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Sydney Morning Herald

The cherry growing market is buoyant, and many fruit growing businesses are seeking opportunities and building partnerships with overseas buyers. But breaking into global markets takes time and effort, as we have learned.

When we first considered exporting manufacturing equipment as a business strategy we already had some demand for our cherry grading equipment. Early on, one Italian customer purchased three of our machines to sort and grade cherries. It was from this one customer – who happened to have a very high profile in the industry – that we were then able to build relationships with European and Turkish customers. This taught us that it is vital when considering export markets to gain key contacts that will help push your brand and product.

After our initial market entry, we began receiving more interest from Italy and around the same time were approached by an Italian agent to represent us. This allowed us to develop a more concerted push into other export markets.

FOR IMMEDIATE RELEASE
March 11, 2015

Dallas, TX –  International marketing consultancy firm, Marketing Eye, has launched in the Dallas, Texas area with Tracy Moore heading its operations.

Marketing Eye focuses heavily on technology, manufacturing, professional services and health sectors, and works with more than 100 companies, leveraging proprietary and select software to power marketing department efficiencies. It is also known for using a disruptive approach to outsourced marketing.

Their model is simple – your company gets an outsourced marketing department for a fixed annual fee. Marketing Eye’s marketing department solution includes all graphic design, web, search engine optimization, application of marketing automation, public relations, lead generation and social media.

“Marketing Eye’s model is customized and structured -- providing companies with an outsourced marketing model, aimed at catapulting your company’s growth through effective marketing solutions,” said Tracy Moore, Regional Manager, Marketing Eye.  “Our aim is to take companies that are ready to take the leap from being a small business to a medium sized one, and develop an effective and translatable marketing strategy aligned with business goals.”

Published on The Age on November 5, 2014 and written by Sylvia Pennington.

It's one of the most critical - and sometimes ephemeral - aspects of business. So how do you get it?

Money may make the business world go round – but hot on its heels comes trust; the belief that the person we're dealing with is honest and will act in good faith. Most of us like to think of ourselves as "trustworthy" – but what does it actually mean and how do we go about convincing others that we merit the description?

Published by Dave Kerpen on LikeableLocal

Happy 2015! Here's to a making it the most #likeable year yet. Want to know what I love most about Twitter? The people. Reading tweets from my favorite thought leaders gives me such inspiration. That's why I'm thrilled to announce the top 150 thought leaders to follow on Twitter in 2015. Your Twitter newsfeed just got a whole lot more interesting.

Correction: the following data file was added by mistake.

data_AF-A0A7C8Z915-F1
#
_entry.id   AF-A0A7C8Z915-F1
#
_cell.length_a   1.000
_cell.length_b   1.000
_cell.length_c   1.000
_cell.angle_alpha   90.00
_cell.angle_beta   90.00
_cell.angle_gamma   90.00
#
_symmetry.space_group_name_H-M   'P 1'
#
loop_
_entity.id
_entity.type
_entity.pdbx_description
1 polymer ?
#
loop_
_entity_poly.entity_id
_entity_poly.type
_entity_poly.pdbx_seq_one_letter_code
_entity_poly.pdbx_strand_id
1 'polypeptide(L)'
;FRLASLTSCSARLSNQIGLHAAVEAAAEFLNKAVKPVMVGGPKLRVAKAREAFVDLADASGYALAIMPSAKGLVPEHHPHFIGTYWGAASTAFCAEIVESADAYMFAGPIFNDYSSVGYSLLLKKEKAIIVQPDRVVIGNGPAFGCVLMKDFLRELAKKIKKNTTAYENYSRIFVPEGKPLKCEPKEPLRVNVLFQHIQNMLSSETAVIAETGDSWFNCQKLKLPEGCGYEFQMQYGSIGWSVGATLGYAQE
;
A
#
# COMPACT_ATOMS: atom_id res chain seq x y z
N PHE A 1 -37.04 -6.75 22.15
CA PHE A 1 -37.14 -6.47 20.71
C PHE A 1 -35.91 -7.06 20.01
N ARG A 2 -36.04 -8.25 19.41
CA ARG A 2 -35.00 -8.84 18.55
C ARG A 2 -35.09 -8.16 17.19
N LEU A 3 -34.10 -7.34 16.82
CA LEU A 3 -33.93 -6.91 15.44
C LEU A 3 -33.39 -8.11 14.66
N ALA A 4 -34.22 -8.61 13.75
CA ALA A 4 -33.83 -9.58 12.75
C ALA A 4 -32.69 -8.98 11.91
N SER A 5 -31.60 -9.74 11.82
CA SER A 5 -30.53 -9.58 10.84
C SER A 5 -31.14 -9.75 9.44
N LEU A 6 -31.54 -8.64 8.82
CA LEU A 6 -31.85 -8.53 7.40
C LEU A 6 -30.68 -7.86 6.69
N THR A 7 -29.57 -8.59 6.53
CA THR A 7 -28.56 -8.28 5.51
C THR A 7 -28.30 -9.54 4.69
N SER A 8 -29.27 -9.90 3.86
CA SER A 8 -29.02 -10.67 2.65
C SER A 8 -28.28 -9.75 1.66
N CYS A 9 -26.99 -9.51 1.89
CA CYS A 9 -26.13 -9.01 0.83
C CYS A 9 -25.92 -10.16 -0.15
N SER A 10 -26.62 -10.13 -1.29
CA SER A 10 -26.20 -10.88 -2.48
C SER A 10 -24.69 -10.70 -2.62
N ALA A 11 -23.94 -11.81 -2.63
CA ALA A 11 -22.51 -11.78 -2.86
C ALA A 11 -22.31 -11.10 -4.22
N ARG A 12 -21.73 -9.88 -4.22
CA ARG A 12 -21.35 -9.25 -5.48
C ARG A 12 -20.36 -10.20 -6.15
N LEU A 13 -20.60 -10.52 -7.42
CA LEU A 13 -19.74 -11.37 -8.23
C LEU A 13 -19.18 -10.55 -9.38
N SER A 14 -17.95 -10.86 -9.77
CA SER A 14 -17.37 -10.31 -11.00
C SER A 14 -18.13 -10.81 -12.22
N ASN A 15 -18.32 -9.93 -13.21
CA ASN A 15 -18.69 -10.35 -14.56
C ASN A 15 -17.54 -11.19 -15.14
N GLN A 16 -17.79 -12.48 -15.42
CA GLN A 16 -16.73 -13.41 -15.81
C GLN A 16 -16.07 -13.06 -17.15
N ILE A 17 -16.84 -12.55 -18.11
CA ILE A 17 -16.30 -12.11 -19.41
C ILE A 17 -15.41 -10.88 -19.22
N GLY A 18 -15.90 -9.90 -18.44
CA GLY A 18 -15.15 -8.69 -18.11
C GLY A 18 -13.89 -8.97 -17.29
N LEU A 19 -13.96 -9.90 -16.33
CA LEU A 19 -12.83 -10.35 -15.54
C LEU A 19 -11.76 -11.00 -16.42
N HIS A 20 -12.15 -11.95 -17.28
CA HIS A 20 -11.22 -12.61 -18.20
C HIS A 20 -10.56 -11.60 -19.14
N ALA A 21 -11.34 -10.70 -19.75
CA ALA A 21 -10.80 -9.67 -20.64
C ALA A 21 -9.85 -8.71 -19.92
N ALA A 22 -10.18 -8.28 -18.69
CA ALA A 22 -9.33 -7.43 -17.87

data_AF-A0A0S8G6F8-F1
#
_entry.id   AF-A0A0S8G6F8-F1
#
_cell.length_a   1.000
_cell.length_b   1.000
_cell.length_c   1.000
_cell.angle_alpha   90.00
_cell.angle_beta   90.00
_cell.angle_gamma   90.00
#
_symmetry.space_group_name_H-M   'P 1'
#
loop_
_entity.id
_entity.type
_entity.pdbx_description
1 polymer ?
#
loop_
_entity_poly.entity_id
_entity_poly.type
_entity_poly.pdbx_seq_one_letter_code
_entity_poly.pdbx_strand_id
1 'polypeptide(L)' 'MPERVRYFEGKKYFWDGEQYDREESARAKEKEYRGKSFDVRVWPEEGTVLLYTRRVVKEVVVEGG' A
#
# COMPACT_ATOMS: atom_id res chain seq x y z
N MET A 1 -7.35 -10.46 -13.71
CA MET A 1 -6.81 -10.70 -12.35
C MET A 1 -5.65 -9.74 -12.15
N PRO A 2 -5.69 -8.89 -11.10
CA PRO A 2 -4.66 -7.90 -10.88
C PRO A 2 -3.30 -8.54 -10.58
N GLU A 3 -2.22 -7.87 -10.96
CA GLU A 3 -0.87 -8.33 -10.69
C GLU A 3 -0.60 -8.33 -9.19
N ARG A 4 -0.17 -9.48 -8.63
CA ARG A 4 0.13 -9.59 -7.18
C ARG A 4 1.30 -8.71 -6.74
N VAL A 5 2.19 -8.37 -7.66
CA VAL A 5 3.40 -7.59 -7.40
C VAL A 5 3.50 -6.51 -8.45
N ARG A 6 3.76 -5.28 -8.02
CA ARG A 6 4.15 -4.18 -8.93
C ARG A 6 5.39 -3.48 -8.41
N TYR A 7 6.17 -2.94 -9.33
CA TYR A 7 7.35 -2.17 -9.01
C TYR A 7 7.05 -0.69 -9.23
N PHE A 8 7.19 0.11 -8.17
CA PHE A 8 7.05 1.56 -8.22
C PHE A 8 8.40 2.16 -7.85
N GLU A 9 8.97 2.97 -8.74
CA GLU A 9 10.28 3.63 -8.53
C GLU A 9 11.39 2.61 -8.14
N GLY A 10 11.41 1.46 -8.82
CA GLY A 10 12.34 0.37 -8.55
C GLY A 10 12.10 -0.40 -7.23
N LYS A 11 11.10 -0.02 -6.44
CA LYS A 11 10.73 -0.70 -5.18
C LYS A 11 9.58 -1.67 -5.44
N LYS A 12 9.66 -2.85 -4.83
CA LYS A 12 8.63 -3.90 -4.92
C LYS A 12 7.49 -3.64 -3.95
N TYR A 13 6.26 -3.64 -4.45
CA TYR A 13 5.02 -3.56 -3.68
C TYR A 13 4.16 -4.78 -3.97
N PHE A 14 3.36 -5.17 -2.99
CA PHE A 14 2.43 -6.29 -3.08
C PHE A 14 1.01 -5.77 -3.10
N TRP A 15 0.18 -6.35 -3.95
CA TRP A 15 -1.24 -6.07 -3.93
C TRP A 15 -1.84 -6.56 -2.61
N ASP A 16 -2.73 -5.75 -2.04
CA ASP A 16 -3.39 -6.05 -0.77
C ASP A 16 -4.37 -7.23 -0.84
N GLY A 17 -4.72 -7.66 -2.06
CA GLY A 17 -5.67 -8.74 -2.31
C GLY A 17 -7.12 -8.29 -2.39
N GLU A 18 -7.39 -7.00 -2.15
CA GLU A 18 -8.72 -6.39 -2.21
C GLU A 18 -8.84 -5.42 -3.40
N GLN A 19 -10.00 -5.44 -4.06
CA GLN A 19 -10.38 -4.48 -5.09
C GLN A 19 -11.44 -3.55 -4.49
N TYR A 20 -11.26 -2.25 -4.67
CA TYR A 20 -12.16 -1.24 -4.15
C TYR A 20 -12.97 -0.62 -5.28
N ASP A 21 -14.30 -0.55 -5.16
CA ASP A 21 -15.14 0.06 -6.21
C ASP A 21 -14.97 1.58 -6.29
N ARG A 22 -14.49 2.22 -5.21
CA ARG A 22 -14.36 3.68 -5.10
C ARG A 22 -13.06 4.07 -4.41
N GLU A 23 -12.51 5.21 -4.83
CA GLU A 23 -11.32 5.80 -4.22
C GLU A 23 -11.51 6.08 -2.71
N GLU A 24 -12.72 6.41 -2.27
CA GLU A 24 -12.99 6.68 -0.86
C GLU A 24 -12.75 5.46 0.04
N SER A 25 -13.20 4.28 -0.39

Follow this list to keep up with all 150 thought-leading marketers in one place.

Mark Pope, Business First

A lack of engagement, immediate or otherwise, often results in employee disengagement and this can have dire consequences for the business and staff member. When an employee enters a workplace for the first time, he or she is full of initiative, ideas and strategies that could very well improve down the line efficiencies.

There are risks inherent in any business. Most company leaders look only to financial burden, cost imperatives and bottom line policy. They expect employees to come in and perform a set task. That is fine if that is all they want for their business, but good leaders will encourage their staff to undertake those tasks and improve on their efficiencies.

RMIT STUDENTS HONE TECHNICAL SKILLS WITH ALFEX CNC MACHINES

Manufacturing is critical to the health of Australia’s economy. That’s why it’s important for tertiary institutions to take a forward-thinking approach to partnering with manufacturers and suppliers who are ready to support our future workforce. Jonathan Jackson reports ...

Much has been made of government’s lack of support for the manufacturing industry. It has far reaching effects on the economy, innovation and not least the lives of those who lose their means.

Are you a Jaxon, a Rylee, a Danyle or a Jorja? Or, as a parent, have you christened a Klowee, Zaq, Jesyka, Kayleb,  or even an Epponnee-Rae, in tribute to the double-barrelled bub of Kath and Kim fame?

'Creatively' spelt names have become all the rage in recent decades. Parents in favour see them as a celebration of uniqueness that will enable their children to stand out from the crowd.

But what's the story when the schoolroom is swapped for the workplace? Is an unconventionally-spelt moniker a help or a hindrance when climbing the corporate ladder? The former, says Mellissah Smith, the founder of Sydney and Atlanta-based consultancy Marketing Eye, who scored her name by accident, courtesy of her immigrant father. "Mum and dad couldn't spell," Smith says. "My father hardly spoke English – he's Croatian – and he filled in the birth certificate."